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Occluded Fronts

Mountain ranges have much the same effect on occluded fronts as they do on warm and cold fronts. Cold type of occlusions behave as cold fronts, and warm type of occlusions behave as warm fronts. The occlusion process is accelerated when a frontal wave approaches a mountain range. The warm front is retarded; but the cold front continues at its normal movement, quickly overtaking the warm front (views A and B of fig. 4-7-3).

When a cold front associated with an occluded frontal system passes a mountain range, the cold front may develop a bulge or wave. In the case of an occlusion, anew and separate low may form at the peak of the warm sector as the occluded front is retarded by a mountain range (view C of fig. 4-7-3). The low develops on the peak of the wave because of induced low pressure that results when air descends on the leeward side of the mountain and warms adiabatically.

The development of a new low on a frontal wave and ultimate separation from its original cyclone is a fairly common occurrence. This can occur over open oceans but occurs more

Figure 4-7-3.—Acceleration of the occlusion process and development of a frontal wave cyclone.

frequently along the west coast of mountainous continents and along the west coast of Japan. The typical stages of this type of frontal modification are shown in figure 4-7-4. Orographic features play a great role in certain preferred areas of this phenomena, but over the ocean some other factors must be operative. In some cases, a rapidly moving wave overtakes the slow moving occlusion and may be the triggering mechanism for this cyclogenesis. Whatever the exact nature of its causes, this type of cyclogenesis proceeds with great rapidity. Initially, the old occlusion in view A of figure 4-7-4 either moves against a mountain range or is overtaken by another cyclone. The occlusion then undergoes frontolysis (view B of fig. 4-7-4). The new occlusion forms immediately and soon overshadows its predecessor in both area and intensity (view C of fig. 4-7-4). However, the cold occlusion, having greater vertical extension, exerts a certain control on the movement of the new center, which at first follows the periphery of the old center. Later, the two centers pivot cyclonically (view D of fig. 4-7-4) about a point somewhere on the axis joining them until the old center has filled and loses its separate identity. This can take place with either a warm or cold occlusion. If it occurs near a west coast in winter, there is a good chance the new occlusion is warm. This formation of a secondary wave cyclone, the dissipation of the original occluded front, and the rapid development of a new occlusion is sometimes called skagerraking, pressure jump, or bent-back occlusion:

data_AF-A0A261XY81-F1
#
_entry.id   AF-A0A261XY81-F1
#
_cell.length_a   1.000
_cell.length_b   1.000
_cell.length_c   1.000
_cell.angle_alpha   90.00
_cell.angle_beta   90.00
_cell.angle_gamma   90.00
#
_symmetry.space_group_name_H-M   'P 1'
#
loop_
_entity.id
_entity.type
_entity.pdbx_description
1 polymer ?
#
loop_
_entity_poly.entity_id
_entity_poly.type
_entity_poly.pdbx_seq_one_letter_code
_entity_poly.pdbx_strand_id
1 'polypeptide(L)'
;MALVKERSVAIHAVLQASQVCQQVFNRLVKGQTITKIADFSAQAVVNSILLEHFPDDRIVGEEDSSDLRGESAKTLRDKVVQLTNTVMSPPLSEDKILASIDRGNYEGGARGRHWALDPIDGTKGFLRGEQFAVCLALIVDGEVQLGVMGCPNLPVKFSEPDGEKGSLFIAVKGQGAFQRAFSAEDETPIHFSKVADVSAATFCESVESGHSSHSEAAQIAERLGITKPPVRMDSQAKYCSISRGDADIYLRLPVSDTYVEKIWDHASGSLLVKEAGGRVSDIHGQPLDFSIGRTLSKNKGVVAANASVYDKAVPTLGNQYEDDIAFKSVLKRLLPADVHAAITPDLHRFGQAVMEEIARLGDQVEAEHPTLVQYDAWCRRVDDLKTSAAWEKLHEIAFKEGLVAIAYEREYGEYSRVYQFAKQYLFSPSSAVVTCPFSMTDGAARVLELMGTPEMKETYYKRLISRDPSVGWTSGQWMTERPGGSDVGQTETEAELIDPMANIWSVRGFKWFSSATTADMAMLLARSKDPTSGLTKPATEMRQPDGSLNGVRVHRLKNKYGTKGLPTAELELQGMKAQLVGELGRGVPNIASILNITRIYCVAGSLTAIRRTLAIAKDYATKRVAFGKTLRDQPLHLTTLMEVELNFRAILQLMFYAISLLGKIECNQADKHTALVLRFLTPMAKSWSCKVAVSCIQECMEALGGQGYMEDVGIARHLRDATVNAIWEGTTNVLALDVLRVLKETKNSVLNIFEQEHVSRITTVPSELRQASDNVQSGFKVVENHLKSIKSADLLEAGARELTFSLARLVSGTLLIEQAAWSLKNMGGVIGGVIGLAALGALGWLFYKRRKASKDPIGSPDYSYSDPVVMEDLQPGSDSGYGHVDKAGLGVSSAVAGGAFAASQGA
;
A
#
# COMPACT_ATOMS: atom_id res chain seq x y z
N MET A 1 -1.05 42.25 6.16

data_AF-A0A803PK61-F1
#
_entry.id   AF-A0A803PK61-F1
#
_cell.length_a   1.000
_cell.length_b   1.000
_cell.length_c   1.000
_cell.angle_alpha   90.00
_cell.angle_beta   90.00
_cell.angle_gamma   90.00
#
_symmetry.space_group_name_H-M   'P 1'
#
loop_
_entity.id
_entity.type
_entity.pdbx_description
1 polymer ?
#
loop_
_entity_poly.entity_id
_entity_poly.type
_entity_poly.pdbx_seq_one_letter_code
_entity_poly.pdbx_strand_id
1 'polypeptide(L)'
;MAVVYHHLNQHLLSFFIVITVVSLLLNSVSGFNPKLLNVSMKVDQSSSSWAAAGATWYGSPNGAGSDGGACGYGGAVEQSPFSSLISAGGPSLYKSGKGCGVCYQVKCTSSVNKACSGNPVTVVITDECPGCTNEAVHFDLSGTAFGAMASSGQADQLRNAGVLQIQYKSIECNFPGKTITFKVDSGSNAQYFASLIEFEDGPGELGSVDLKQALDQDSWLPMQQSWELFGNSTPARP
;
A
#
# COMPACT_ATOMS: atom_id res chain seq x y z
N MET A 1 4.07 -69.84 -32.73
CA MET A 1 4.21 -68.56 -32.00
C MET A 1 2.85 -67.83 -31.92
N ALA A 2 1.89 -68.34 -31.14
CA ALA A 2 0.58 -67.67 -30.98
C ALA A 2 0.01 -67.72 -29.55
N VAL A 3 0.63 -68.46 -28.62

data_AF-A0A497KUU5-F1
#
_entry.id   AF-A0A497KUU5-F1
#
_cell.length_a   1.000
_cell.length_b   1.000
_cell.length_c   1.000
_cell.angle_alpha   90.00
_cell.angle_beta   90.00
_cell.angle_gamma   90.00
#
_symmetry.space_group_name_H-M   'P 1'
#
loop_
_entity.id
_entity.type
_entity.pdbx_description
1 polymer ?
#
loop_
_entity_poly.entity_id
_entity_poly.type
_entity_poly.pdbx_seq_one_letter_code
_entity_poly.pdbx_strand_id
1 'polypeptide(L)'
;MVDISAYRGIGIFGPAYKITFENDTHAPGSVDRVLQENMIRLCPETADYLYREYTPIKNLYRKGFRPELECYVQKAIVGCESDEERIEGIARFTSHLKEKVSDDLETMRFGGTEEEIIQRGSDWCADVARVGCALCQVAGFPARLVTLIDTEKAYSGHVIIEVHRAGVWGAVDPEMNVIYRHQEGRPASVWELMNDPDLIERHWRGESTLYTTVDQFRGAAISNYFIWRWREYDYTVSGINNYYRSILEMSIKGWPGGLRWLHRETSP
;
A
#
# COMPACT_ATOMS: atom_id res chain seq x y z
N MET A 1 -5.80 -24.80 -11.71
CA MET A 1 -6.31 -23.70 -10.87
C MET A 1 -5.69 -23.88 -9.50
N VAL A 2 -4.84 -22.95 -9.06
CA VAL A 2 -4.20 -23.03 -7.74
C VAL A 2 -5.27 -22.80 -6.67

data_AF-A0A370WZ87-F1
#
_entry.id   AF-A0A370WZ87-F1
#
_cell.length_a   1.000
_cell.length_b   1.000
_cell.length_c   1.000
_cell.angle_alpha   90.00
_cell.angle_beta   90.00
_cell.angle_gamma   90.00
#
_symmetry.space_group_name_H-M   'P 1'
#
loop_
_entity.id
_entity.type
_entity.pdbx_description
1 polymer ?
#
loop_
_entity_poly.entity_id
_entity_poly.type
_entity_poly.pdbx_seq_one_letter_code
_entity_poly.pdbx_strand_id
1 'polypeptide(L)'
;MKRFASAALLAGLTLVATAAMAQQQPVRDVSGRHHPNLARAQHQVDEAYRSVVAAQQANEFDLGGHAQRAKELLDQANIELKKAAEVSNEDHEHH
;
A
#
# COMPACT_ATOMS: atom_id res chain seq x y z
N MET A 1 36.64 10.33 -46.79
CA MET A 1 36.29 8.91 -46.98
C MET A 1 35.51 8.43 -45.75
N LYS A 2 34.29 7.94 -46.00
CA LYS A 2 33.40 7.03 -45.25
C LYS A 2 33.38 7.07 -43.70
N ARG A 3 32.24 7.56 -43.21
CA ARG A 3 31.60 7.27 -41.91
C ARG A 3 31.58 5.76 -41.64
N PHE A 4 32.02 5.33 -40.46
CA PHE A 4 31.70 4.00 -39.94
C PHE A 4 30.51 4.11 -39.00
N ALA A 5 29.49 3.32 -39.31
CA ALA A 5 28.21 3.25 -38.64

Figure 4-7-4.—Stages in the development of a secondary wave cyclone.

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